Raw feeding is currently seeing a trend in interest. What is interesting about the raw diet is that the same reported benefits have been consistently noted and talked about for at least the last 30 years. If you too have heard people discussing the benefits you may be wondering just how easy the diet is to provide for your dog, and raw feeding needn’t be difficult.
The crunch of the matter is - does your dog need something to crunch in his meal?
It has become very common for dog owners to believe that a dog needs something to ‘crunch’ in his meals and that by doing so his teeth will then be healthier, and even that he will have more fun when eating his dinner than a bowl of soft meat could provide.
You simply have two options;
1. Feed your pet a complete and balanced raw meal from a reputable supplier, such as Natures Menu.
Their varieties including 4 grain free, are tested for safety, and balanced across the range which means you can safely vary the type of meat your pet receives from day to day or week to week.
Variety of meats and ingredients is key with raw feeding.
With this way of feeding you should ideally still feed pets some raw meaty bones such as chicken wings at least every other day as these are an integral part of a raw feeding diet and natures toothbrush.
2. You make the raw meals up for yourself at home using a variety of Meaty chunks, Minces, Raw Meaty Bones, and for some dogs Ground down Fruit and Vegetables and a non Starchy Grain such as oats or brown rice or even the seed quinoa.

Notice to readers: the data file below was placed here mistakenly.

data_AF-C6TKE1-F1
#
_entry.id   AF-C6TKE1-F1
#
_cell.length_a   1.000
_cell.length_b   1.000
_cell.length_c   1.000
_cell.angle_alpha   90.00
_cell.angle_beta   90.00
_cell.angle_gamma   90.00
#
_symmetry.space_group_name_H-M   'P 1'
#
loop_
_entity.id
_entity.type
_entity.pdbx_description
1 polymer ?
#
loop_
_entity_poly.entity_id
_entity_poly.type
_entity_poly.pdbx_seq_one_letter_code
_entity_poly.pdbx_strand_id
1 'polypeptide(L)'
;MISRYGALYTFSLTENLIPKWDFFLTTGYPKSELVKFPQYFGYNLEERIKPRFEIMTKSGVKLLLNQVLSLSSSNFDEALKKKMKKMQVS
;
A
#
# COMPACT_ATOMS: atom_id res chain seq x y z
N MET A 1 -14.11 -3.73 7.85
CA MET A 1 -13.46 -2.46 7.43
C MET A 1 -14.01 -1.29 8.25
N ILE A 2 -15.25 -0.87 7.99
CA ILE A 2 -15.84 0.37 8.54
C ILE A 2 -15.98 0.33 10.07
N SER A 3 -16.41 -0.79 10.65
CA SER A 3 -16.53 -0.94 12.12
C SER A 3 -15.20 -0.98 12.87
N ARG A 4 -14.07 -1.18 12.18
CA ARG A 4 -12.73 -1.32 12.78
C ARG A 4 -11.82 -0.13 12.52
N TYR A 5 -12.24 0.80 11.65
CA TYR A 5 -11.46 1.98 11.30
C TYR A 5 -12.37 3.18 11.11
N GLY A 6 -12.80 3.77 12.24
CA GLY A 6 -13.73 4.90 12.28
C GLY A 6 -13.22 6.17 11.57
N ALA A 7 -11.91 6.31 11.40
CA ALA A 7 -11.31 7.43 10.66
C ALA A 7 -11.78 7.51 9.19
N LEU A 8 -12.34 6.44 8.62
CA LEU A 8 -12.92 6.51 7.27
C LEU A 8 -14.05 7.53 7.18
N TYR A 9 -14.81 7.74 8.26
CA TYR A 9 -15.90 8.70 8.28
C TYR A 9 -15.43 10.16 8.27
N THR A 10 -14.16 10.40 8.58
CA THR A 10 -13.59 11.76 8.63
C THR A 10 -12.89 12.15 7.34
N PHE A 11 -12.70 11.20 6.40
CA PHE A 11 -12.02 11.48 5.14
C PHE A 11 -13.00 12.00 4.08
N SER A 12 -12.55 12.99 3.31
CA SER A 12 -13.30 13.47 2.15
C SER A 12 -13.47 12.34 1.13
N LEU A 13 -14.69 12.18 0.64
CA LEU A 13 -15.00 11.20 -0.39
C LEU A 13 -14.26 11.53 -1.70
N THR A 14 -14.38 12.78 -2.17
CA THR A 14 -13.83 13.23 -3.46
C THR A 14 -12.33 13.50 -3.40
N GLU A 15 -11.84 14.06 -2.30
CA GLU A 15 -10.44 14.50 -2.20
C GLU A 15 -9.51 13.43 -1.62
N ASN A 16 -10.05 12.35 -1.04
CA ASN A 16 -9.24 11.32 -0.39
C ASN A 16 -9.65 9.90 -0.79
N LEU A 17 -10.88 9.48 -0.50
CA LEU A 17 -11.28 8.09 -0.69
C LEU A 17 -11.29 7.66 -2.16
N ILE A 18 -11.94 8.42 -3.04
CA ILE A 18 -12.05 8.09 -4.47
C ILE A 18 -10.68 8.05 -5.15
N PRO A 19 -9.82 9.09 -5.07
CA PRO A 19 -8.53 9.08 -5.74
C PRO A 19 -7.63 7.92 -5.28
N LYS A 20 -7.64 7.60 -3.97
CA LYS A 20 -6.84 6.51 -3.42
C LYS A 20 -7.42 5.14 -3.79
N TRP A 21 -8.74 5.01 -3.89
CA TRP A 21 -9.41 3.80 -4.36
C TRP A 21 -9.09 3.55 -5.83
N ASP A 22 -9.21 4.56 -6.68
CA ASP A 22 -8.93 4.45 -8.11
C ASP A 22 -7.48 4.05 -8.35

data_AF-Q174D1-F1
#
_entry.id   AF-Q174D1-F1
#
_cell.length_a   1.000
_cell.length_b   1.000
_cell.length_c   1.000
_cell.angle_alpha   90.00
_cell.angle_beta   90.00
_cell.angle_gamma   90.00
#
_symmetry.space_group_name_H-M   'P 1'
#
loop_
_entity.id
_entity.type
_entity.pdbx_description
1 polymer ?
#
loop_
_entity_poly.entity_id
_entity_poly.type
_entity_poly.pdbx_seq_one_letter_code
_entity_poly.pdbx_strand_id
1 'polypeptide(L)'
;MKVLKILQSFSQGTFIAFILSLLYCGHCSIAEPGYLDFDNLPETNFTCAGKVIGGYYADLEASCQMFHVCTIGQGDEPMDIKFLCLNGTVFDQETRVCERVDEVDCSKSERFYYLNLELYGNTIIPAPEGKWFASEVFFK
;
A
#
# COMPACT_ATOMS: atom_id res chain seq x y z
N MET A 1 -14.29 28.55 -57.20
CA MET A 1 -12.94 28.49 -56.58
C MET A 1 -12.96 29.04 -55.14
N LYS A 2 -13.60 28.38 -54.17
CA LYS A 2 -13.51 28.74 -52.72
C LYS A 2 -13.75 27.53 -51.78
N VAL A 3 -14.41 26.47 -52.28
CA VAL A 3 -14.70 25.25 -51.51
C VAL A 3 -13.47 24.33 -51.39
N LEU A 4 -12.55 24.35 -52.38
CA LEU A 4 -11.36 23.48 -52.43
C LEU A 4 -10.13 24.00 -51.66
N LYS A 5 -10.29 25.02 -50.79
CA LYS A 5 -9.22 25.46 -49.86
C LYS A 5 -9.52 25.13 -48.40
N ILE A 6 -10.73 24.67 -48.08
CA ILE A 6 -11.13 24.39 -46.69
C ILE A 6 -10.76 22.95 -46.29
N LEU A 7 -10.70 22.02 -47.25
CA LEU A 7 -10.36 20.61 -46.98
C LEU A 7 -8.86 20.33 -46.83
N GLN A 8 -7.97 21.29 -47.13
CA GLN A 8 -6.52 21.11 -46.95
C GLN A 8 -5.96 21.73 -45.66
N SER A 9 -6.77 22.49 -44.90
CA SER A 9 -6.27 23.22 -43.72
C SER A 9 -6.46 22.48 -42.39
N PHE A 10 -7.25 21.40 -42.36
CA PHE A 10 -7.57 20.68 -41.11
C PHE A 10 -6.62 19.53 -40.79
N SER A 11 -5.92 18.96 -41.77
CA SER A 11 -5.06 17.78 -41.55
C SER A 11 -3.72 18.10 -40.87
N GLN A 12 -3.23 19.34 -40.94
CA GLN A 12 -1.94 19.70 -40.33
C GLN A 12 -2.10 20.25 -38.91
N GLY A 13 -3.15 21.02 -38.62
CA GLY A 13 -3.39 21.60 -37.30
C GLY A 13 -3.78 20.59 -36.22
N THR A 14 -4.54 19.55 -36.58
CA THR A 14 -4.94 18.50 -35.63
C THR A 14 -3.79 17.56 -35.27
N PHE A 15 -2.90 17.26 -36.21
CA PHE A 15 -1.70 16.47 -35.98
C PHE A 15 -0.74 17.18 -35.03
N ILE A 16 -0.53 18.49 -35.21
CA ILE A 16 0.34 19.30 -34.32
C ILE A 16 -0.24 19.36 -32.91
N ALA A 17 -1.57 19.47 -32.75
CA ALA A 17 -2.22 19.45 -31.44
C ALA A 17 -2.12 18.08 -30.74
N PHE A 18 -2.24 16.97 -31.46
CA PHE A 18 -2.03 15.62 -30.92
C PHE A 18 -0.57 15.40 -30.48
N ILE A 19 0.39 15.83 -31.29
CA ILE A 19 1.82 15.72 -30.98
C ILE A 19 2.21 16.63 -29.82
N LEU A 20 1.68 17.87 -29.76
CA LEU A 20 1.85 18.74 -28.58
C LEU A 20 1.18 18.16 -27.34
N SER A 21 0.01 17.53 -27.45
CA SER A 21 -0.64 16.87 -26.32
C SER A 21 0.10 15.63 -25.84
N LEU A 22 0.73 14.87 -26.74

This way of feeding is commonly based on weight as a guide to know how much to feed. Using a rule of around 2% of your dog’s body weight as the amount in weight that their daily food needs to be. As with all feeding you will have to take a note of your dogs lifestyle and adapt the guidelines to fit your pet as an individual.
Many raw feeders do not include foods like rice or oats, with their dogs meal. Many do not even include vegetables or fruits. Neither including or not including those ingredients of the meal has ever been proven or shown to be better for the animal, it is really up to the owner and the preference of the dog.
Either way it is the starches pets often find harder to digest and can often react to, so any white or refined grain is to be avoided. So definitely no pasta, tempting as it maybe!
So, it's crunch time!
Perhaps because we humans eat this way, it has become very common for dog owners to believe that a dog needs something to ‘crunch’ in his meals and that by doing so his teeth will then be healthier, and even that he will have more fun when eating his dinner than a bowl of soft meat could provide.
In nature a dog does spend longer with his food and does clean his teeth with the components his meal. However he does this with meaty bones! And not starchy grain based biscuit or kibble.
Raw bones still contain moisture, both water and lipid (fat) moisture as that hasn’t been cooked out of them. They are softer, more pliable even somewhat bendy and definitely digestible, in the dogs far stronger acid stomach. It is the ripping and chewing action of the bones that acts as natures toothbrush.
Adding a starchy based dry biscuit or kibble will not provide the ripping and chewing action that a dog needs to clean his teeth. Does crunching on crisps or custard creams clean your teeth?
Do you feed your dog a raw diet? If so, what do use as your 'dog's natural toothbrush'? Let us know!